Thursday Newspaper round up

Israel and the Islamist Hamas group agreed to an Egyptian-brokered ceasefire on Wednesday, ending a bloody eight-day conflict in and around the Gaza Strip that has claimed the lives of at least 152 Palestinians and five Israelis. The truce was announced in Cairo by Mohammed Kamel Amr, the Egyptian foreign minister, in a joint press conference with Hillary Clinton, the US secretary of state. Mr Amr said the recent diplomatic effort had produced ‘understandings to cease fire and restore calm and halt the bloodshed that the last period has seen.’ [Financial Times]

The chief executives of two of Britain’s biggest retailers have written to the Government to seek an extension of Sunday trading hours on December 23, which is expected to be the busiest shopping day of the year. Andy Clarke of Asda and Dalton Philips of Morrisons have sent a letter to Michael Fallon, the Business Minister, calling for trading hours to be extended by up to two hours. The push for a relaxation of trading hours by Britain’s second and fourth largest supermarket groups follows lengthened hours during the Olympics and Paralympics this summer. [The Telegraph]

Standard Life, the Edinburgh-based insurance giant, has confirmed plans to cut 139 jobs as it restructures its UK business in preparation for radical reforms in the pensions industry. The group said it needed to introduce “more streamlined and flexible organisational structures” to meet the twin challenges of the retail distribution review (RDR), which will ban commission payments to financial advisers from next year, and new rules forcing employers to provide pensions for all eligible members of staff. [The Scotsman]

The Government is heading for the loss of its triple-A credit rating and a breach of its debt target, one of the world’s leading fund managers warned in the wake of a fresh deterioration in the public finances. Myles Bradshaw, of Pimco, the world’s top bond fund, said the odds were high that Britain would suffer a downgrade to its credit rating in 2013, but he added that the Chancellor should not to “double up” on austerity in order to prevent politically inconvenient breaches of his short-term fiscal goals. [The Times]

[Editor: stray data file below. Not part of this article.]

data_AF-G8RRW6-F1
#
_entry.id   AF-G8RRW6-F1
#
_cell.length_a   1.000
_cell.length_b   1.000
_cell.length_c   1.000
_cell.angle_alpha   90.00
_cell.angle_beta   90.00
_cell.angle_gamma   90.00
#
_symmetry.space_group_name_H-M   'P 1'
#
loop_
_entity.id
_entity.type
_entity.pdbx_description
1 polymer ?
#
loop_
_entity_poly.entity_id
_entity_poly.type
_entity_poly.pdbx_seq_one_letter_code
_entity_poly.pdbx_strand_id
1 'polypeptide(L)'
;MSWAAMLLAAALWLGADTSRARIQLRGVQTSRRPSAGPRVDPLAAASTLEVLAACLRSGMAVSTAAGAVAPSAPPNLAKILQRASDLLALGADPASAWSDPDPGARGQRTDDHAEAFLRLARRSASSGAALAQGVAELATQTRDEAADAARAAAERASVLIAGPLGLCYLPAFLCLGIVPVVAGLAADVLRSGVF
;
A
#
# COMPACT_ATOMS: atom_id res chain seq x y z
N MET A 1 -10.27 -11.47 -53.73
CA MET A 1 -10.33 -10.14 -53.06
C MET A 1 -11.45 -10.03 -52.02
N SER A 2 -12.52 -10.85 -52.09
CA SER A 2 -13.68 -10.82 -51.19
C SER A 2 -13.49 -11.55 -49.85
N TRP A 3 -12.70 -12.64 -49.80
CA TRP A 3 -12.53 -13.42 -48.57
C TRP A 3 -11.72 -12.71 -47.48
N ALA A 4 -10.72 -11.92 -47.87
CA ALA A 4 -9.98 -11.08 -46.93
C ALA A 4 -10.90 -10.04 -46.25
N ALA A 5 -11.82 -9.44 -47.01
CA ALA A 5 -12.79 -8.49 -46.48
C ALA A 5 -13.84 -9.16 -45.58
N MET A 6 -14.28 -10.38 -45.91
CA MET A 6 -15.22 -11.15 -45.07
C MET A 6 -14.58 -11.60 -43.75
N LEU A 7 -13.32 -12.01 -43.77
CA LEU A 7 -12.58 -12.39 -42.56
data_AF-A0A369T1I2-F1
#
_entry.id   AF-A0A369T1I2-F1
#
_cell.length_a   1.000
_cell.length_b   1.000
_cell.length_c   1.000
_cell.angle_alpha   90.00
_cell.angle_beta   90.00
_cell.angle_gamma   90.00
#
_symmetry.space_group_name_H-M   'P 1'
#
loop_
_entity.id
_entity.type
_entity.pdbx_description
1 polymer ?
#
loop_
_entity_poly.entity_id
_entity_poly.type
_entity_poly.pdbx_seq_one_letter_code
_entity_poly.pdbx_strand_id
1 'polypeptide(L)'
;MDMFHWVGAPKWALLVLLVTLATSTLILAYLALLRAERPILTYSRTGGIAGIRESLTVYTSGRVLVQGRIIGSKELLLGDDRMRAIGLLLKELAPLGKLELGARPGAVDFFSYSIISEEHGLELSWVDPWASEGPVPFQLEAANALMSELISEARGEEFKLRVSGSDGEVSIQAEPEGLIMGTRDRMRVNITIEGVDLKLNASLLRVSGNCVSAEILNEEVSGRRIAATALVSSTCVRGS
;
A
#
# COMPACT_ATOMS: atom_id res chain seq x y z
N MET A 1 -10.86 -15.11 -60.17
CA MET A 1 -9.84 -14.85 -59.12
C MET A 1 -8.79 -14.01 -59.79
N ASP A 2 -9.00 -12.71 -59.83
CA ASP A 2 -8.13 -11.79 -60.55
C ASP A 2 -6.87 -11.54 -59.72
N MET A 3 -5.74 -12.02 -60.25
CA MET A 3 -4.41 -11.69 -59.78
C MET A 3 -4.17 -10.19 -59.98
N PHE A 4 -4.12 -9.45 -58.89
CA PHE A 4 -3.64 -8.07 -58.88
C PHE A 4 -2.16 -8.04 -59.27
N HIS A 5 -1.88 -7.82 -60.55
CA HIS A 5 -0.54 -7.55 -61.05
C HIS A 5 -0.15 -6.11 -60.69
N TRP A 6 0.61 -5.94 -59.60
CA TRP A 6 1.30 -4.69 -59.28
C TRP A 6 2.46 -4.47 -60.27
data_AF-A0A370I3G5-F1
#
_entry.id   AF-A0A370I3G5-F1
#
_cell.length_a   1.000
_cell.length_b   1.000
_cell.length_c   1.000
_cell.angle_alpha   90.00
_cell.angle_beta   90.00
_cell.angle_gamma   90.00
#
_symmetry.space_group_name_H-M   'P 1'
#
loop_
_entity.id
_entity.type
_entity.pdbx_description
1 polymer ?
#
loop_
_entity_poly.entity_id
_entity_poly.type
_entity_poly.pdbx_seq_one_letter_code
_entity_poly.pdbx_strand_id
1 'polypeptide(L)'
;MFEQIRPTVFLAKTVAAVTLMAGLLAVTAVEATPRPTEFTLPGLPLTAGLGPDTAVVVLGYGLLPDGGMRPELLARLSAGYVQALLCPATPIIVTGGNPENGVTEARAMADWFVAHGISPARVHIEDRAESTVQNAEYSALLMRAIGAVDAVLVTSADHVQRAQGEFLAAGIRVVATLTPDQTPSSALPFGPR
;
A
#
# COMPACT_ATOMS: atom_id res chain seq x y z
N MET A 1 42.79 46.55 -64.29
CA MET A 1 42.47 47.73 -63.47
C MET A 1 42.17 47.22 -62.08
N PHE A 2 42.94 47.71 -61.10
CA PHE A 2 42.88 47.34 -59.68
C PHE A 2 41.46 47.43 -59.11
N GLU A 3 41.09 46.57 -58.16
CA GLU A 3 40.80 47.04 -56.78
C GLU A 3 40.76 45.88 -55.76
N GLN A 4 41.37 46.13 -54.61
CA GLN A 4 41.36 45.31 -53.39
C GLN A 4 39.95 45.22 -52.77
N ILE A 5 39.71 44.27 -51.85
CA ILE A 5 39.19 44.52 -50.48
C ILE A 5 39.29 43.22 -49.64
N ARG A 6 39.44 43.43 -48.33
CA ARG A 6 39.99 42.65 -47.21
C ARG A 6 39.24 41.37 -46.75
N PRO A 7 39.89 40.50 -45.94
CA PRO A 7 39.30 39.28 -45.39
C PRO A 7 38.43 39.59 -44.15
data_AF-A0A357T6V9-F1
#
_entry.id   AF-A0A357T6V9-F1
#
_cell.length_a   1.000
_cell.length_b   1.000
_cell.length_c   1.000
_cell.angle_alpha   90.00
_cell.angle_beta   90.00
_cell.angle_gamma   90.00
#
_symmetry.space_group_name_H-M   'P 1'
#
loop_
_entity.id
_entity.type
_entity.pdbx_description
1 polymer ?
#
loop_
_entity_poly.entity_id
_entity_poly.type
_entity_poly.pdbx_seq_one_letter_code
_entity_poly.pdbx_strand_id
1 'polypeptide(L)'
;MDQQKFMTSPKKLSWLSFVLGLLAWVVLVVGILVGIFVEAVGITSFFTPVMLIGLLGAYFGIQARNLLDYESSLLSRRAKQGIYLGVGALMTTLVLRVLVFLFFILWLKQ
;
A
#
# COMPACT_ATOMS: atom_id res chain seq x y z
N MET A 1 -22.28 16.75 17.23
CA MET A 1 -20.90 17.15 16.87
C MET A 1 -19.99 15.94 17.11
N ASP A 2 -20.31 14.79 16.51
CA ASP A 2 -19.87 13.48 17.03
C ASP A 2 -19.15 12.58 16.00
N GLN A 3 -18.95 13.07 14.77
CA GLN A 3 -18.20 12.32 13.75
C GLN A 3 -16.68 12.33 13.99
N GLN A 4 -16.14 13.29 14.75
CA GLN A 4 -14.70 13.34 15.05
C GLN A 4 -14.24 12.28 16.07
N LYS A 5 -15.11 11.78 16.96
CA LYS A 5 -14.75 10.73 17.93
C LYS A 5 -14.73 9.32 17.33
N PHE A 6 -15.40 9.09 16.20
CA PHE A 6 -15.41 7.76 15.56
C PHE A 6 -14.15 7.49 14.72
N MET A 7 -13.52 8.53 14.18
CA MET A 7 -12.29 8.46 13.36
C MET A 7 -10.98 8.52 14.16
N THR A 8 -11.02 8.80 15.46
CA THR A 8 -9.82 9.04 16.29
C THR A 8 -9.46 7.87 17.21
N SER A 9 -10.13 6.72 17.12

Big banks are good for Britain and must not be broken up, according to George Osborne, as he argued the country’s largest lenders were beneficial to society. The Chancellor warned that “aggressively” breaking up banks would do little to benefit the UK and insisted the Government’s plans to put in place a so-called “ring fence” to force banks to isolate their riskier, investment banking businesses from their retail arm was the right way to make the financial system safer. [The Telegraph]

Sir Philip Green, the owner of the fashion group Arcadia, hopes to launch its first Topshop and Topman stores in China next year, as the billionaire said retailers should focus on improving their performance and stop “crying” about tough trading conditions on the high street. The entrepreneur yesterday unveiled a leap in annual profits at Arcadia, which also runs the Bhs and Burton brands, and revealed he is plotting a “major push” of its fledgling operation in the US. [The Independent]

The energy regulator, Ofgem, failed to implement its own consultants’ recommendation a year ago to tighten up the way energy companies report trading activities – and admits it may now have to revisit the issue. The energy watchdog also confirmed it was tipped off about possible manipulation of the wholesale market on 17 October – more than three weeks before the energy secretary, Ed Davey, was told. Caroline Flint MP, the shadow energy and climate change secretary, who has already called for Ofgem to be scrapped for a tougher regulator, said the public was owed a proper explanation of what was going on. [The Guardian]

Hopes were rising in Brussels that an unlikely deal with the UK over the EU’s long-term budget was taking shape, although the chief negotiator was trying to resolve a deluge of last-minute complaints from other countries on the eve of what could be a gruelling summit. The cautious optimism about the UK represents a significant shift: David Cameron, the prime minister, was seen as the biggest obstacle to a deal on the budget, which will cover roughly €1 trillion in spending from 2014 to 2020. The changed mood reflects the encouraging reception that British officials have given to the latest proposal from Herman Van Rompuy, the European Council president. The draft set a ceiling of €940bn for payments over the seven-year period, a €3bn reduction from the current long-term budget. [Financial Times]

Join the Forum discussion on this post

You may also like...